Friday, April 3, 2009
Sunday, January 25, 2009
Hawaii has unorthodox plans to help control homelessness in the 50th state:
Plan would buy airfare to send Hawaii homeless to mainland
Honolulu Advertiser, January 25, 2009
Homeless service providers are supporting a proposed state-funded program that would provide airplane tickets for people who have come to Hawai'i from the Mainland and then find themselves homeless — and stuck.
State Rep. Rida Cabanilla, chairwoman of the Housing Committee, said she plans to ask for $100,000 this legislative session for a pilot program that would fly people who have recently arrived from the Mainland and are now homeless back to where they came from.
Relocating to Hawaii seems like an exotic idea. Who wouldn't want to live somewhere that feels like a permanent vacation? But because the cost of living is expensive and jobs are scarce which can result in homelessness. As much as 19% of the shelter population in Hawaii were in the state for a year or less before finding themselves homeless. As a result, Hawaii is funding programs that provide individuals who find themselves homeless soon after their arrival with a plane ticket home.
Other states employ similar techniques but it seems more extreme in Hawaii because the state is so isolated. When I first read this article I thought that it sounded like an obvious case of Not In My BackYard Syndrome (NIMBY) but now I'm not so sure. They only offer the tickets to people who want them and they make sure that services are in place wherever home is before sending someone away. For those who will return to family and friends, or service providers, who know them and care about them this ticket could be the ticket out of homelessness.
Monday, December 15, 2008
My partner and I didn't find a single person in our assigned area, but I still didn't consider the evening a waste of time. My partner had 15 years of experience working with youth in the city of Boston. I learned about how the Department of Youth and Families responds to gang violence, conflict resolution, and treatment of the family (not just the individual). It was a great learning experience; much more valuable than adding tick marks to our sheet.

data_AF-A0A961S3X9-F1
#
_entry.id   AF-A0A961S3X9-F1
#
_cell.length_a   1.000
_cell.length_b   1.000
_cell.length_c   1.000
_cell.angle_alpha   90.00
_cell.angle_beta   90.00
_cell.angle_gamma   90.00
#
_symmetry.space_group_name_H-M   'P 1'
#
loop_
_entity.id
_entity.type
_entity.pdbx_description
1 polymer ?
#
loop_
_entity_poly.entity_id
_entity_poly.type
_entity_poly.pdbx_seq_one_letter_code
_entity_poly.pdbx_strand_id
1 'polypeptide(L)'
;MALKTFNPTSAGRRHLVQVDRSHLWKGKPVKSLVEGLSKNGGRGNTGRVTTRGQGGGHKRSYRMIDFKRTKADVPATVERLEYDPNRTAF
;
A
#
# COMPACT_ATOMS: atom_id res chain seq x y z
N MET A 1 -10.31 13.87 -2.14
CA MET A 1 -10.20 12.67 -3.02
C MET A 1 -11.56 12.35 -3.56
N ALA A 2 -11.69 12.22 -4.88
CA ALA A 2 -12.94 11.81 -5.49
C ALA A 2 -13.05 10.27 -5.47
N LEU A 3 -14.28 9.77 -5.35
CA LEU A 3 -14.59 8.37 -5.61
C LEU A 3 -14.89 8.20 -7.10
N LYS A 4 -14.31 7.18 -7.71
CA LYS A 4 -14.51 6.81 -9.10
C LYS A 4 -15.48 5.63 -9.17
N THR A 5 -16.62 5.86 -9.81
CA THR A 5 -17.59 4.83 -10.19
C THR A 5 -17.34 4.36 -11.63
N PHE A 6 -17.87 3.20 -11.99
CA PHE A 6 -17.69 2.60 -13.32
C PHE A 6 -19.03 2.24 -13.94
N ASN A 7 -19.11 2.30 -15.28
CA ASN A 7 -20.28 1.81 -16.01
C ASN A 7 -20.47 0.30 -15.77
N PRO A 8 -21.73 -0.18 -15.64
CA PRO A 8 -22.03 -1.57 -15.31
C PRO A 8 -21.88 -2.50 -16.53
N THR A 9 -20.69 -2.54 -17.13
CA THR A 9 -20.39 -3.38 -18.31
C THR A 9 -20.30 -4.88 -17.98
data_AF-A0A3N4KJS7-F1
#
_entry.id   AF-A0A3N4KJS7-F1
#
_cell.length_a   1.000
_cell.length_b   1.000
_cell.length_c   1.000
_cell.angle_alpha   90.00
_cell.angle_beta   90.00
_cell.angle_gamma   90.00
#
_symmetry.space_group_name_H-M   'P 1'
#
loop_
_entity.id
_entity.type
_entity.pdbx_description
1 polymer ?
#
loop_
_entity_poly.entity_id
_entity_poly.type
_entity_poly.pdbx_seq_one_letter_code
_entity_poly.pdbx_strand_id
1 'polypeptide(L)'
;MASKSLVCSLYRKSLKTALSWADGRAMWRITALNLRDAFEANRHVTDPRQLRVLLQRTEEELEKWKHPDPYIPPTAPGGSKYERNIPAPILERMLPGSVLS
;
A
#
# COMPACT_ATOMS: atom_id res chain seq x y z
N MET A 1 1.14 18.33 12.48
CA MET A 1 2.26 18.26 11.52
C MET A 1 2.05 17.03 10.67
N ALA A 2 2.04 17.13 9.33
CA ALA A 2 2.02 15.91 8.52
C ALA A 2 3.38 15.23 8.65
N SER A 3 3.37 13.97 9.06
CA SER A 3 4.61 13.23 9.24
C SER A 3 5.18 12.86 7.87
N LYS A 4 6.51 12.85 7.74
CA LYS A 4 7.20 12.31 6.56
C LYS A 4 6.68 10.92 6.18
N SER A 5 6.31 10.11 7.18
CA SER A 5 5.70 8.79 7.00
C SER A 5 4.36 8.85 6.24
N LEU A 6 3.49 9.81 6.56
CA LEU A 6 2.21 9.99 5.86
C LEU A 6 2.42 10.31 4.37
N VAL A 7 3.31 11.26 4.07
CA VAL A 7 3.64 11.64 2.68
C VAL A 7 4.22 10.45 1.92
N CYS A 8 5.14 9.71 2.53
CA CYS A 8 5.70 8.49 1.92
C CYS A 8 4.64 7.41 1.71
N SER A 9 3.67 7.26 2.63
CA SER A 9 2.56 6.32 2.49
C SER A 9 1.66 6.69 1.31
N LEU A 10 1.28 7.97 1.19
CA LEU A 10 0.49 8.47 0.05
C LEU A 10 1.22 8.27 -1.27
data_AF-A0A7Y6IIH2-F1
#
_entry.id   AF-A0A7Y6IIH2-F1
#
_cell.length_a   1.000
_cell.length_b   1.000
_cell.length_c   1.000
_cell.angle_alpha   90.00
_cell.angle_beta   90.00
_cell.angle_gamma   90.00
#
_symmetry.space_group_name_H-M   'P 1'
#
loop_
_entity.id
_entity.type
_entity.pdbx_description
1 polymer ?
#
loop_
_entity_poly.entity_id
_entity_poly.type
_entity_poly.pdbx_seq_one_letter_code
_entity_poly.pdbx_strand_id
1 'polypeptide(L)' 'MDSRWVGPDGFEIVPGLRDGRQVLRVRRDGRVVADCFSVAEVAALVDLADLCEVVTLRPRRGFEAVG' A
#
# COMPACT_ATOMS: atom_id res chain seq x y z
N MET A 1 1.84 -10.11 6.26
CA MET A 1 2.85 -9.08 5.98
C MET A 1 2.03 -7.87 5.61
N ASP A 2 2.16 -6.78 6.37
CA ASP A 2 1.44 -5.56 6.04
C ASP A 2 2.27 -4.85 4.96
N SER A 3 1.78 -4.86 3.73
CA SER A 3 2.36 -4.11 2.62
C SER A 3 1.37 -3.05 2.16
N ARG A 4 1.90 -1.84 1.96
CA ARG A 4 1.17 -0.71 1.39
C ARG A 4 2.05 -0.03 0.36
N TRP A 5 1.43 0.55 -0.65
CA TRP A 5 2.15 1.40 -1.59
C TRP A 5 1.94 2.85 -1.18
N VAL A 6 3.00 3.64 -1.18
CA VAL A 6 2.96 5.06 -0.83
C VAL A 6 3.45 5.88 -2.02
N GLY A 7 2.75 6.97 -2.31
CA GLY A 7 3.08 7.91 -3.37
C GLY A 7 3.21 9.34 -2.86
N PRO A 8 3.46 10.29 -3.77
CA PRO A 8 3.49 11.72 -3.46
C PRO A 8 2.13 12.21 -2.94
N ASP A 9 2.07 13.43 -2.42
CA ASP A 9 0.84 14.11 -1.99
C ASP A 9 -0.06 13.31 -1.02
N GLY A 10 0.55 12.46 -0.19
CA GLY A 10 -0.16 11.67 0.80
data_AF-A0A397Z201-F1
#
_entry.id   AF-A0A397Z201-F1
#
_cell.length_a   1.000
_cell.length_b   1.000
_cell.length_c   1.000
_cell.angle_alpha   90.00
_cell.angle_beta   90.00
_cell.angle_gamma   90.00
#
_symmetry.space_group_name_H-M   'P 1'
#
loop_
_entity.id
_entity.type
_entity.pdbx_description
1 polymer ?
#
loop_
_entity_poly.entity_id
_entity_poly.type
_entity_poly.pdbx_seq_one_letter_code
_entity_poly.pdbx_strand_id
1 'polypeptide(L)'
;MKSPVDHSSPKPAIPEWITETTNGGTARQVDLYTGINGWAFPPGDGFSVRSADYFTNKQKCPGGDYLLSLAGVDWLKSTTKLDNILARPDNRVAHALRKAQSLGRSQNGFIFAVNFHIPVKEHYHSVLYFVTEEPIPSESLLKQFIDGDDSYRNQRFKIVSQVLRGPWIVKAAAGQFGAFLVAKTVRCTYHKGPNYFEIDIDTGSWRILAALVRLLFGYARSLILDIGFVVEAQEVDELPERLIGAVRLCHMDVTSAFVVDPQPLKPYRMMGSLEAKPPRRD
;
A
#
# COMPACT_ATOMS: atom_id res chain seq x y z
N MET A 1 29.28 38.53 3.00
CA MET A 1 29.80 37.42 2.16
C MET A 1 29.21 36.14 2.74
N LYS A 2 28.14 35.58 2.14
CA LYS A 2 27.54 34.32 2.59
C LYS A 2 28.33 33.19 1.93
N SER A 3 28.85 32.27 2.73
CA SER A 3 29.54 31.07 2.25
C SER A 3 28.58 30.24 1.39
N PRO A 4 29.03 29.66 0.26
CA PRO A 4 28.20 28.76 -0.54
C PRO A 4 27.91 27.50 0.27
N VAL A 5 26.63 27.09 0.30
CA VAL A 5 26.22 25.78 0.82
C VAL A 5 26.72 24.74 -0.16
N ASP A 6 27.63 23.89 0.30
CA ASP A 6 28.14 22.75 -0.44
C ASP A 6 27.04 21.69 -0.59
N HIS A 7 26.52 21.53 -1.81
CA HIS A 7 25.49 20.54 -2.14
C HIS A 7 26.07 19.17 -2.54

Tuesday, December 2, 2008
As a volunteer I never really get to know these guys (and some gals). I'm only there one day a week so even though I develop rapport it's only surface deep. I often can't tell when they are making up stories to pull one over on me. Tonight one told me that he had a partial lobotomy when he was 26, staff confirmed that this wasn't true but I believed it for a good 15 minutes.
When Will told me he was going to get an apartment I figured that some optimistic caseworker was putting silly ideas in his head. Turns out that the optimistic caseworker was right and I never had a chance to say goodbye.
I'm truly going to miss him, he was at the shelter the whole year and four months that I've been going there. Every week he'd tell me my eyes were so blue with such curiosity that I am certain that he doesn't remember the majority of our conversations. He was inappropriate enough to make me blush but not so bad that I was truly uncomfortable. And he had great stories. I'll miss him but I don't know if he ever even knew my name.
*Name changed to protect confidentiality
Sunday, November 9, 2008
Friday, June 13, 2008
Last year was the first time that I came to this conference. At the time, I had been at my job for just under six months and I was incredibly overwhelmed by the conference. It made me realize how little I really knew about the homelessness world even after a half year of working in the field. This year has been a completely different experience; I can read through the list of sessions and know what they all mean, I'm seeing people that I know and people who I have emailed back and fourth with, and I have interesting and provoking questions to add to the conversations. There are still moments that make me feel like I know nothing at all but they are few and far between.
I can't wait to get back and apply what I'm learning to my work... and go for a run.
Saturday, May 17, 2008
One of the major criticisms of Project Homeless Connect is that it is a ONE DAY one stop shop. It would be impossible to bring together all of these services in the career-fairish way that Project Homeless Connect does on a daily basis but there are some programs that are beginning to try to deliver a breadth of services with one point of entry.
For the City's Homeless: A One Stop Center
Mercury News, May 17, 2008
[Christine Burroughs] described how the new operation would work for an estimated 7,000 chronically homeless folks in the county and thousands more in danger of losing their homes. Caseworkers would determine their housing needs, physical and mental health, and qualifications for government, insurance or other financial assistance. The next step would be to help them apply for benefits and services.